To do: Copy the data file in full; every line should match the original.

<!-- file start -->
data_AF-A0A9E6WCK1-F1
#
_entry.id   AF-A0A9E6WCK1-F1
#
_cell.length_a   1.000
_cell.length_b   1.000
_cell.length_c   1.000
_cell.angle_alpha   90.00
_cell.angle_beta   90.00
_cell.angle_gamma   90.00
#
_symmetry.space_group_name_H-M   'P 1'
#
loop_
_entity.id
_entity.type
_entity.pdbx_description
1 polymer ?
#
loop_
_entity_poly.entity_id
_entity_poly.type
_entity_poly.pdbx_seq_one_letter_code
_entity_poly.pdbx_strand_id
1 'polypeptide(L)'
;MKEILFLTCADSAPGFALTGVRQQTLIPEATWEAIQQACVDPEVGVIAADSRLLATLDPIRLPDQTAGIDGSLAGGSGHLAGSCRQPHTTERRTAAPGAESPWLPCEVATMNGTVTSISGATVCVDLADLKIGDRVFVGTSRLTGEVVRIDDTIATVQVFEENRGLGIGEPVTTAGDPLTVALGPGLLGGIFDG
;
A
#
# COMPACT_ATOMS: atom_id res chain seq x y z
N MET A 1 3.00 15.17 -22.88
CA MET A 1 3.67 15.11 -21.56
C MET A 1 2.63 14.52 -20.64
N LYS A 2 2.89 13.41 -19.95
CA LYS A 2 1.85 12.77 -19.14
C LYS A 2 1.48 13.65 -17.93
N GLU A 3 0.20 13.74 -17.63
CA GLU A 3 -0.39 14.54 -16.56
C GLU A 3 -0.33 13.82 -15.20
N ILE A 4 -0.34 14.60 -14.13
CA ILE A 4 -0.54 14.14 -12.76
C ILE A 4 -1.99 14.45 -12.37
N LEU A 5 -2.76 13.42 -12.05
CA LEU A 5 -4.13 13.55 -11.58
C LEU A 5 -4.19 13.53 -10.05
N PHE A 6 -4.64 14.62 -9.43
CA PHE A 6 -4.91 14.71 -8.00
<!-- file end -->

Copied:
data_AF-A0A9E6WCK1-F1
#
_entry.id   AF-A0A9E6WCK1-F1
#
_cell.length_a   1.000
_cell.length_b   1.000
_cell.length_c   1.000
_cell.angle_alpha   90.00
_cell.angle_beta   90.00
_cell.angle_gamma   90.00
#
_symmetry.space_group_name_H-M   'P 1'
#
loop_
_entity.id
_entity.type
_entity.pdbx_description
1 polymer ?
#
loop_
_entity_poly.entity_id
_entity_poly.type
_entity_poly.pdbx_seq_one_letter_code
_entity_poly.pdbx_strand_id
1 'polypeptide(L)'
;MKEILFLTCADSAPGFALTGVRQQTLIPEATWEAIQQACVDPEVGVIAADSRLLATLDPIRLPDQTAGIDGSLAGGSGHLAGSCRQPHTTERRTAAPGAESPWLPCEVATMNGTVTSISGATVCVDLADLKIGDRVFVGTSRLTGEVVRIDDTIATVQVFEENRGLGIGEPVTTAGDPLTVALGPGLLGGIFDG
;
A
#
# COMPACT_ATOMS: atom_id res chain seq x y z
N MET A 1 3.00 15.17 -22.88
CA MET A 1 3.67 15.11 -21.56
C MET A 1 2.63 14.52 -20.64
N LYS A 2 2.89 13.41 -19.95
CA LYS A 2 1.85 12.77 -19.14
C LYS A 2 1.48 13.65 -17.93
N GLU A 3 0.20 13.74 -17.63
CA GLU A 3 -0.39 14.54 -16.56
C GLU A 3 -0.33 13.82 -15.20
N ILE A 4 -0.34 14.60 -14.13
CA ILE A 4 -0.54 14.14 -12.76
C ILE A 4 -1.99 14.45 -12.37
N LEU A 5 -2.76 13.42 -12.05
CA LEU A 5 -4.13 13.55 -11.58
C LEU A 5 -4.19 13.53 -10.05
N PHE A 6 -4.64 14.62 -9.43
CA PHE A 6 -4.91 14.71 -8.00